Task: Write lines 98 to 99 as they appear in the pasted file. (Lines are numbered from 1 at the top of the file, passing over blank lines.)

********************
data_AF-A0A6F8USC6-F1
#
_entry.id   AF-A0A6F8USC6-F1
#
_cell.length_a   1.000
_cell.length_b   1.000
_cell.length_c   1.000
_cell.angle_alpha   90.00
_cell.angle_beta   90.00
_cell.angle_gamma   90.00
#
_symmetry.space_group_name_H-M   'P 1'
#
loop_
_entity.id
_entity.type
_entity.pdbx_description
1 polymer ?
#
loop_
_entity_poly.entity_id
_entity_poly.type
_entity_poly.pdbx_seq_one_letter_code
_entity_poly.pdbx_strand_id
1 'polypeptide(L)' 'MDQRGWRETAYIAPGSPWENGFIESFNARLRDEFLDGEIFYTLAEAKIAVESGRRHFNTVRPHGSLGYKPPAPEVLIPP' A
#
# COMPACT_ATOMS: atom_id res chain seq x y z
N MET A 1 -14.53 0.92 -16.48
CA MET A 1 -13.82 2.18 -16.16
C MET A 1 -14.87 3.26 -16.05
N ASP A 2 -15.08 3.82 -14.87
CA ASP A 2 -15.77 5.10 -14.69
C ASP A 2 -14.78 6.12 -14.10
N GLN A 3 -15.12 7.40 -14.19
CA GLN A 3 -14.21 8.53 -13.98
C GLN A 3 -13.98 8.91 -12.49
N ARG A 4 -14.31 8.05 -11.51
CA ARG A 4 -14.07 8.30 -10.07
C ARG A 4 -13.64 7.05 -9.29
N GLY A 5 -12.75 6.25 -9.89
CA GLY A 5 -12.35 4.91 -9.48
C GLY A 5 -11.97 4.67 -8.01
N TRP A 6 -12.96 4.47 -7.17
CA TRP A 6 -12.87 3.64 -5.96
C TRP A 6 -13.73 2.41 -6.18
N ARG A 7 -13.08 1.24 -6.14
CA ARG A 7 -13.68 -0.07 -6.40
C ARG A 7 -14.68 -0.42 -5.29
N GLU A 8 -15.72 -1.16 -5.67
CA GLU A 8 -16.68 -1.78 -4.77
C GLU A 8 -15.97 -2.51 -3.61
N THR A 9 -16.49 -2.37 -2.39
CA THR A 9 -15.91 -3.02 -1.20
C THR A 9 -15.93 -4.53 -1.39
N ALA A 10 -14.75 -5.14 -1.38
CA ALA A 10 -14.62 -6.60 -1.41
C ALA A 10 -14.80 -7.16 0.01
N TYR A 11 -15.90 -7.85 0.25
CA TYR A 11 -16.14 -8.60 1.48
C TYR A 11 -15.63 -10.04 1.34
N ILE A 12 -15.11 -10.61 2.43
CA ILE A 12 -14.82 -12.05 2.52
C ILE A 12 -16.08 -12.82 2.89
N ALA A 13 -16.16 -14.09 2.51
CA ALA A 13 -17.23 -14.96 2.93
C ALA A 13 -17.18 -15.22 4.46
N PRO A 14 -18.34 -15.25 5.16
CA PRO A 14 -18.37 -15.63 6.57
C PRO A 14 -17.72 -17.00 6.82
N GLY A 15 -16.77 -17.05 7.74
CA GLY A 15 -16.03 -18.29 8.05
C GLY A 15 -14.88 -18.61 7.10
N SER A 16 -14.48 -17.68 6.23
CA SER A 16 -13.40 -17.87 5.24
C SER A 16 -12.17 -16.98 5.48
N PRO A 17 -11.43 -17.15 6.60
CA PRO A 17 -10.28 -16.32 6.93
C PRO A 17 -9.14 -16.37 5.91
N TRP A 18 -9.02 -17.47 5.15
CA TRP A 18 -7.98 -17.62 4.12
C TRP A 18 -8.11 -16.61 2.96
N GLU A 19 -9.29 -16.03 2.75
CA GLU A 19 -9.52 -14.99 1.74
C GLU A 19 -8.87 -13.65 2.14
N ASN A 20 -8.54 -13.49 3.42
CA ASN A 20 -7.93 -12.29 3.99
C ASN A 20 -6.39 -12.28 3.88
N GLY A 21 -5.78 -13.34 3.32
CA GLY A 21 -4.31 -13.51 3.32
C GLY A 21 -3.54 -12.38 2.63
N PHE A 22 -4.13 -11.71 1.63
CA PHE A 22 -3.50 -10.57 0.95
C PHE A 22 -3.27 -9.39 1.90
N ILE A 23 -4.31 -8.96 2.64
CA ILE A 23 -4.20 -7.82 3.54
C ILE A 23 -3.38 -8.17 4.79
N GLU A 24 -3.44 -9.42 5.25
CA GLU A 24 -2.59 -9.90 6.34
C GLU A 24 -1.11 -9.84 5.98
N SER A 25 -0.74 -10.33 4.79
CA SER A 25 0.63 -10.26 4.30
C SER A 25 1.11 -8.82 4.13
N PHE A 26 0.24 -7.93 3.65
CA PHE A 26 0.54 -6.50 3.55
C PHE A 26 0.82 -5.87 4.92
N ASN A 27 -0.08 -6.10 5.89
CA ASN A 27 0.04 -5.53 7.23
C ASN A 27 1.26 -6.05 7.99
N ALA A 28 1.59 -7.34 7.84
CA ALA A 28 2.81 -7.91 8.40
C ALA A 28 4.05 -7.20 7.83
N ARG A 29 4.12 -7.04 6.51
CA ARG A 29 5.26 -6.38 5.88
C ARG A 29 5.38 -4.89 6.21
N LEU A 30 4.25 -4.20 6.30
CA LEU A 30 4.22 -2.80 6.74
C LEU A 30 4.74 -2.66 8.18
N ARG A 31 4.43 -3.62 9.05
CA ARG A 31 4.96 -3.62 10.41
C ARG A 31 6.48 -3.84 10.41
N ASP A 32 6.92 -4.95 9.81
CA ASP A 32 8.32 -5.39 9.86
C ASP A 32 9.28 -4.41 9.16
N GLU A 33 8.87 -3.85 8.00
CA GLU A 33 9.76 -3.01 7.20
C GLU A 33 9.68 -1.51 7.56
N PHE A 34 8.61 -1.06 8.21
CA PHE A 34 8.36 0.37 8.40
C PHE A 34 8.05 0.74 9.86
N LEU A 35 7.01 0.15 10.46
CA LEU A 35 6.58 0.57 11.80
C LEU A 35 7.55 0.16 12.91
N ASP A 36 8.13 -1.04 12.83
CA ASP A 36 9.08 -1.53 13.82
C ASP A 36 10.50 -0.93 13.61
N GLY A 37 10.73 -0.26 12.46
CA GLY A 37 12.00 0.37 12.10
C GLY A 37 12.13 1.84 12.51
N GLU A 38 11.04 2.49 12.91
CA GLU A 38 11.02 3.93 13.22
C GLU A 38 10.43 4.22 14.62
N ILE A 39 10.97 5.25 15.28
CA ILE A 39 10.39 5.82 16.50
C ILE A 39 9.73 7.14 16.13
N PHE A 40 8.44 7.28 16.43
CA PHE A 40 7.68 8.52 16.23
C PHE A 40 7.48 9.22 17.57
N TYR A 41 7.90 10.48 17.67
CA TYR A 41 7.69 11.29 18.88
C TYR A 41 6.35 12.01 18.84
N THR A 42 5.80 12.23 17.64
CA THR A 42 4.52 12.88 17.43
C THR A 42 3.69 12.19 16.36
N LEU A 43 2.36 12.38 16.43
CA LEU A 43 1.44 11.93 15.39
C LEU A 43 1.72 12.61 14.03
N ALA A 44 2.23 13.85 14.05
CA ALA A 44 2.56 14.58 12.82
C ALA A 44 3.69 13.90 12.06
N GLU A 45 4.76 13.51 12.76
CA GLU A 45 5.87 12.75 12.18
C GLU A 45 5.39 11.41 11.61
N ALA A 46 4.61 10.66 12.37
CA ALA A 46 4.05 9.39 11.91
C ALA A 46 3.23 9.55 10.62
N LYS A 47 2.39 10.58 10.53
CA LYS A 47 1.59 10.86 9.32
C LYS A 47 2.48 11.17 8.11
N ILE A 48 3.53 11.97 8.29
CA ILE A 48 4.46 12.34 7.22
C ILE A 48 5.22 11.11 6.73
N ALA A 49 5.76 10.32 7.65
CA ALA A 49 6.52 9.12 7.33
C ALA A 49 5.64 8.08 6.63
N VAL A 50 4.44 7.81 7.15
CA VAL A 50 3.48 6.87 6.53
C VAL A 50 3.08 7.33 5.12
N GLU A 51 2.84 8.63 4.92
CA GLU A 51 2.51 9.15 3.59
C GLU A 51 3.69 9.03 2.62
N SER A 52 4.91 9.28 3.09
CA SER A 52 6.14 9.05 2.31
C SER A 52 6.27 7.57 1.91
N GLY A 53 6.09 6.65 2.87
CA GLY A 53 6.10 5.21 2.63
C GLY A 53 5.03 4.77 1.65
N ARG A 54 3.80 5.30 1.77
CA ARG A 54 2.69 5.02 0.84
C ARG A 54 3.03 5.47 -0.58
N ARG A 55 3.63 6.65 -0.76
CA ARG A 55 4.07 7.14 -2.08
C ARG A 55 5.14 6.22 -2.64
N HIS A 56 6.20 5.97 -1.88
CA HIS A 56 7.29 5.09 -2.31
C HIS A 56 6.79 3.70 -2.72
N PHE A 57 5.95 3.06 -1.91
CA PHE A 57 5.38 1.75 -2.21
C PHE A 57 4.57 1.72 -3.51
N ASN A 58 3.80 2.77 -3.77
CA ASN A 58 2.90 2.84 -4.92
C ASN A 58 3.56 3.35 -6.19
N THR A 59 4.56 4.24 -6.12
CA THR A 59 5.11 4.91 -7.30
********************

CA GLU A 24 -2.59 -9.90 6.34
C GLU A 24 -1.11 -9.84 5.98